PROVIDENCE, R.I. (WPRI) – Democratic Gov. Gina Raimondo begrudgingly signed the fiscal 2019-20 state budget into law on Friday, even as she slammed the General Assembly for putting together a plan that “unwisely takes our foot off the gas at a critical point in our comeback.”
Raimondo put her signature on the nearly $10 billion tax-and-spending plan five days into the new fiscal year. The second-term Democrat said she was frustrated many of her budget initiatives – including some economic development incentives – did not earn the full support of the Assembly, which she made clear in a letter to leadership.
“By cutting our innovative and effective new economic development tools, our progress is put at risk,” Raimondo wrote in the letter.
Her decision came two days after Moody’s Investors Service issued a report pointing out that seven states, including Rhode Island and Massachusetts, were beginning the fiscal year without an enacted budget, which the ratings agency described as a sign of “governance weakness.”
Moody’s also noted it was the second time since 2013 that Rhode Island has started the fiscal year without an enacted budget.
In the letter, Raimondo first lauded state lawmakers for taking “important steps forward for Rhode Island.” She thanked them for partly supporting her push for universal Pre-K, increasing funding by $5 million for English language learners and enshrining parts of the Affordable Care Act – also known as Obamacare – into state law.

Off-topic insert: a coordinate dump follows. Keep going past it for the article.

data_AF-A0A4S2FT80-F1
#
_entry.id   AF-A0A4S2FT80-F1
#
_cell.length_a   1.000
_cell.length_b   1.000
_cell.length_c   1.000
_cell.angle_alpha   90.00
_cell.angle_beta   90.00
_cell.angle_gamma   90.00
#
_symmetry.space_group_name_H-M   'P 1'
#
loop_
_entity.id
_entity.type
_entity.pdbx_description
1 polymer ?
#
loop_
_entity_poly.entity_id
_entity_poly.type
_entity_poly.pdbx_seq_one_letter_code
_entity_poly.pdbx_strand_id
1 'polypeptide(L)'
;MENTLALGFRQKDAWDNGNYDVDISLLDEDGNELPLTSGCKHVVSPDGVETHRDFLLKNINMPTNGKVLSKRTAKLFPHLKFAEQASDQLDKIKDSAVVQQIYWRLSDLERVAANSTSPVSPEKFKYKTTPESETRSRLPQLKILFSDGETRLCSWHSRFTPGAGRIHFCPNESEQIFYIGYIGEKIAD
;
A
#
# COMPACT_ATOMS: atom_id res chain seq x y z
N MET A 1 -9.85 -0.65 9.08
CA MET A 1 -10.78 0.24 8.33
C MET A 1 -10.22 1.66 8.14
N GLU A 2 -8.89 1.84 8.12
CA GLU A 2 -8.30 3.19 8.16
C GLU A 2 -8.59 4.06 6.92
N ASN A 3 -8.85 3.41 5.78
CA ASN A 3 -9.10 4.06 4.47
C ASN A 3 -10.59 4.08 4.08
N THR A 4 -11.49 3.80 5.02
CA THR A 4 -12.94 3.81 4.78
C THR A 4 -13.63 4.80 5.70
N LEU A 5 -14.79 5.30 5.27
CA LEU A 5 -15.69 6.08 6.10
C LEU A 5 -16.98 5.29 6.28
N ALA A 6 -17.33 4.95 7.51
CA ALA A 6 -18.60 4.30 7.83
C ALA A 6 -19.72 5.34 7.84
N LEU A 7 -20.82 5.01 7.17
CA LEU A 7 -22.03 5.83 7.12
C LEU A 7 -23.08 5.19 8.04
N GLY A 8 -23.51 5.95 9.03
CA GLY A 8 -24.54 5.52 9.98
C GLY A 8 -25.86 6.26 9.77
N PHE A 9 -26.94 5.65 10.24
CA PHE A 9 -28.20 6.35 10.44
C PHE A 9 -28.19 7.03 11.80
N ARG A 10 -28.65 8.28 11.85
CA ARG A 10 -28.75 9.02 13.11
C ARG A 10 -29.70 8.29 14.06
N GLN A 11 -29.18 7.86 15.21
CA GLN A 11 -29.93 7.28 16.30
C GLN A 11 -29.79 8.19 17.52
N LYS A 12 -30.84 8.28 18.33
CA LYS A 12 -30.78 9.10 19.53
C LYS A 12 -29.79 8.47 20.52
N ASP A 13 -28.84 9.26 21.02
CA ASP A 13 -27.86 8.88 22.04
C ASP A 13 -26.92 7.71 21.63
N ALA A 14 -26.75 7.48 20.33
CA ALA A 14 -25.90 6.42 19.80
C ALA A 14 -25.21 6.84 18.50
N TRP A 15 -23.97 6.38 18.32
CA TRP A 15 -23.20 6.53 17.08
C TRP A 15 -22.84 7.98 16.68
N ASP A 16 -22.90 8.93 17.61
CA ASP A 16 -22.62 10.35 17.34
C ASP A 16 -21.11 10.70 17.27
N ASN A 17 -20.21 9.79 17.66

But her tone swiftly hardened, as she criticized Assembly leaders for shifting funds and “shortsighted changes” to two of her hallmark economic development programs – Real Jobs Rhode Island and the Qualified Jobs programs.
“Weakening these two initiatives runs the risk of putting the brakes on our economic momentum,” Raimondo wrote.
She went on to blast the Assembly’s decision to create its own new tax-incentive program designed in part to benefit out-of-state investors, which she warned could increase the state’s structural deficit. The program – which she estimated could cost taxpayers $42 million – is structured differently from the economic development tools first proposed by Raimondo four years ago.
“We created a new way of investing in economic development – with taxpayer protections, transparent process, and professional evaluation,” Raimondo wrote. “This new program does not do this and I am concerned it returns us to the old way of doing things.”
Assembly leadership shot right back.
In a joint statement, House Speaker Nicholas Mattiello and Senate President Dominick Ruggerio said they were pleased the governor signed what they called a “pro-business, pro-education budget.” The two Democrats said they were unsurprised by some of the governor’s reaction, but insisted they had spared Rhode Island businesses “costly new taxes the governor had sought to impose.”